Used by some of big media publishers like BuzzFeed, Vox and Business Insider, CrowdTangle enables those publishers to tap into viral trends and events and ensure they're capitalizing on them with the right audiences.
Of course, access to the tool is limited to media members, but if you're interested in applying for access, you can do so here.
On top of this, Facebook's also looking to add more tools to Facebook Live to enable more journalistic use.
"Today, we're launching the ability for Page administrators to designate specific journalists as contributors, giving them the ability to go live on behalf of the Page, a change designed to make such reporting more flexible for newsrooms. In the future, we also want to bring to Profiles all the flexibility that the Live API provides to Pages, so journalists can use their professional equipment to go live. And, we're now going to offer journalists a simple way to see how their public videos are performing on their Facebook profiles."
Those new updates are available to all Facebook Page owners, while there's also a new set of Live tools being tested amongst Facebook Mentions users at present which could add even more functionality to the option.
And the last tool Facebook's working on to streamline the content process for journalists is a new way for journalists to to find, verify and publish eyewitness content sourced from the web - again with a focus on Facebook Live. As we've all seen, live-streaming is becoming a key window on the world, and an important way to connect us with what's happening. By making it easier to find relevant, valuable content in any context, Facebook is again looking to boost the importance of Live, while also upping the value of the platform as a journalistic resource.
3. 'Training and Tools for Everyone'
The last element of Facebook's renewed journalism focus relates specifically to curbing the spread of fake news by educating the public on how to improve 'news literacy'.
"As we seek to support journalism, we will also be working on new ways to help give people information so they can make smart choices about the news they read - and have meaningful conversations about what they care about. Some of this we'll do in direct partnership with journalists; at other points we'll work with educators and researchers."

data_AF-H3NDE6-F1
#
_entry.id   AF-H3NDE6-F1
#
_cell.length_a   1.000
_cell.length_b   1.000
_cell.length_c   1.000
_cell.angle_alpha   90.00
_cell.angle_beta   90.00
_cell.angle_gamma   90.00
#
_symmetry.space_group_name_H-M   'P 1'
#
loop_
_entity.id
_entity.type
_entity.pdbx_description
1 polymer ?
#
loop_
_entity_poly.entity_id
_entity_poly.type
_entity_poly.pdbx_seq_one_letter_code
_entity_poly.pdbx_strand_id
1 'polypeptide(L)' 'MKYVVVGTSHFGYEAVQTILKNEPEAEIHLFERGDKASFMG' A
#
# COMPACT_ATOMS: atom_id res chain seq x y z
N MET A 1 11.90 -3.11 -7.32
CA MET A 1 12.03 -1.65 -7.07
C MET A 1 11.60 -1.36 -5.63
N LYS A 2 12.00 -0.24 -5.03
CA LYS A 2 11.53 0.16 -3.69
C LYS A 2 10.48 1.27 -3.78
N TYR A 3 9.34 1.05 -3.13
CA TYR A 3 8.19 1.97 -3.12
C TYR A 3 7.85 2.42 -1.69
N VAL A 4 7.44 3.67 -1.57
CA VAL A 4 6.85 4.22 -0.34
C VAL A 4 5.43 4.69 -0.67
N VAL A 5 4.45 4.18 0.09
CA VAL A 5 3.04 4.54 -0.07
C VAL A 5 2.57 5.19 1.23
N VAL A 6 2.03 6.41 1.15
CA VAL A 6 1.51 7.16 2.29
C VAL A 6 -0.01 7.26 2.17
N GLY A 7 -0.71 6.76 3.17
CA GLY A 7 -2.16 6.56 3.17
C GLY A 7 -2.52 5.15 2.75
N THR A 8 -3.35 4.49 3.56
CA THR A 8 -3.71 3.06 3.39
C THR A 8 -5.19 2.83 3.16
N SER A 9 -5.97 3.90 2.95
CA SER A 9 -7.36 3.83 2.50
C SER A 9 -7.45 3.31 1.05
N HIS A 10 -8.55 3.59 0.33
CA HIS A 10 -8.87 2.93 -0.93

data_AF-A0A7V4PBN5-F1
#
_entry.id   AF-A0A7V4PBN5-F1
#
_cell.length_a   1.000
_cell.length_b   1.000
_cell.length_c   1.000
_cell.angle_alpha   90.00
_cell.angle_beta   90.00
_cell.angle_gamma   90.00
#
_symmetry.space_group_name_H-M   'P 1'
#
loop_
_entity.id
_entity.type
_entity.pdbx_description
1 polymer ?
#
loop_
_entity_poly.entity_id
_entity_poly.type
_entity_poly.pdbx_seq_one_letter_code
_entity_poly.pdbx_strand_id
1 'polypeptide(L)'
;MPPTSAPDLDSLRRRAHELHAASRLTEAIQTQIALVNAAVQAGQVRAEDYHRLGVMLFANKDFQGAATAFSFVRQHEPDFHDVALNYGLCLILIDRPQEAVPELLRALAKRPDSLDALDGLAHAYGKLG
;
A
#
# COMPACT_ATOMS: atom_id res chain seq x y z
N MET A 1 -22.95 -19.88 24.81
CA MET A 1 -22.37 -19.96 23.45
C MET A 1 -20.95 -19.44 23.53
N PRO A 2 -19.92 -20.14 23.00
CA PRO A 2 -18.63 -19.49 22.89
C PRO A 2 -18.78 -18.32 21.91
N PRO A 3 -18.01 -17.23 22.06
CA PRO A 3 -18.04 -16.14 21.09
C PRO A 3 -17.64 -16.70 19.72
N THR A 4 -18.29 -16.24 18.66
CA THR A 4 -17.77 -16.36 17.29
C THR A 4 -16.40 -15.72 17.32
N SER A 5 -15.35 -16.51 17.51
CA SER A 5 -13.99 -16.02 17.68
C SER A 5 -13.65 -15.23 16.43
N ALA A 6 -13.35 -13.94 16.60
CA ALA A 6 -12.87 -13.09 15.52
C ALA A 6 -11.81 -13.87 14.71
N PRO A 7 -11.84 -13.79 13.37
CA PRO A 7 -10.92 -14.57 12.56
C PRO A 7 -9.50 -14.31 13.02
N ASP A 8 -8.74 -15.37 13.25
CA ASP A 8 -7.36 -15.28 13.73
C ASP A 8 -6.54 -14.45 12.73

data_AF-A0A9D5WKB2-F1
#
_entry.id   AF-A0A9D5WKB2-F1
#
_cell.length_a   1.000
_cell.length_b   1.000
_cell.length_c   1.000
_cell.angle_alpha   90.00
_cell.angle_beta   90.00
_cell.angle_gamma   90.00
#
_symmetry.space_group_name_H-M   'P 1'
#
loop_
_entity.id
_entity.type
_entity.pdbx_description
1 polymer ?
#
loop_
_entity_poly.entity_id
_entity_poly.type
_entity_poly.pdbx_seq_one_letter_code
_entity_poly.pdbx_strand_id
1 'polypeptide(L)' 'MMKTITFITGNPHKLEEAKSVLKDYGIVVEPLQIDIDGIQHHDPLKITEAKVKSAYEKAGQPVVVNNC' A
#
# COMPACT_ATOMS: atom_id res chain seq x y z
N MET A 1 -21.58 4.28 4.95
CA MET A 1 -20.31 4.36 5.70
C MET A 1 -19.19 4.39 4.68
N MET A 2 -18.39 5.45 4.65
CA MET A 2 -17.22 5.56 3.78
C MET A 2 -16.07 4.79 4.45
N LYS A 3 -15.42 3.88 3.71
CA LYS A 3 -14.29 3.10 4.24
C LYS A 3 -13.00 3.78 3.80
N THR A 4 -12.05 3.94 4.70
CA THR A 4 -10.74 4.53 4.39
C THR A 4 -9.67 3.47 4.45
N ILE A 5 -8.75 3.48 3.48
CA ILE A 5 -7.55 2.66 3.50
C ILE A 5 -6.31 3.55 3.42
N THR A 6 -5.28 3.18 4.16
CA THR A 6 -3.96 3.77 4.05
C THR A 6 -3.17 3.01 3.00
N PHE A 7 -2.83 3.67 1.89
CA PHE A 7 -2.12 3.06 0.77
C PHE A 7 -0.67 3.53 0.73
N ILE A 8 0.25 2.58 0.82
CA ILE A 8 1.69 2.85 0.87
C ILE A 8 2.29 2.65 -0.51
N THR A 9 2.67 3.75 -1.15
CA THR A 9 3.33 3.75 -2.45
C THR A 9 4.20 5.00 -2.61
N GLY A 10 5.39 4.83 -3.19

As you may recall, Facebook, in response to the furore around the platform's role in the spread of fake news, recently announced a News Feed update and additional features designed to tackle the issue, including a new pop-up that warms people before they share potentially fake news.
Those measures are a good starting point, and Facebook's committed to continue working with third-party organizations to help develop better tools and processes to improve their content flow.
Facebook also notes that they're working with the News Literacy Project to produce a series of public service ads to help inform Facebook users about fake news, another effort to raise public awareness and limit the reach of such stories.
Of course, this is only one element of Facebook's problem - definitely, fake news is an issue, but the larger issue, in Facebook's case, is that the News Feed algorithm itself is effectively a tool for the reinforcement of your own beliefs. If someone posts something you don't agree with, you can shut them off, while the algorithm uses cues from the content you do engage with to show you more of the same. In this respect, fake reports only play a part - building your own echo chamber has a much more influential role in the process.
Think of it this way - if you were a Trump supporter during the most recent election cycle and all you were seeing were reports of how Hillary Clinton was being investigated by the FBI in those last weeks, would fake reports have even mattered? By shutting out alternate perspectives, Facebook helps reinforce such bias, and they're system is built on showing you more of what you like to keep you engaged. That presents a problem that's not so easily resolved, as its core to their business success.
But that said, it is good to see Facebook working to establish better connections with the media community, even if they're still not willing to admit to being a media platform themselves. For users, this will deliver more options for news consumption, and more tools to help eradicate fake and low quality content designed purely to get clicks.
In terms of brand application, the changes to Instant Articles will have flow on affects for all content creators as Facebook develops new tools and options, while the new Facebook Live tools will deliver great benefits as they're rolled out more widely.
It's interesting to see how the media landscape is evolving, and the challenges our new interactive platforms create. We've already seen the potential impacts those changes can have on the process. How social platforms - and Facebook in particular - work to resolve them will remain a crucial point of focus moving forward.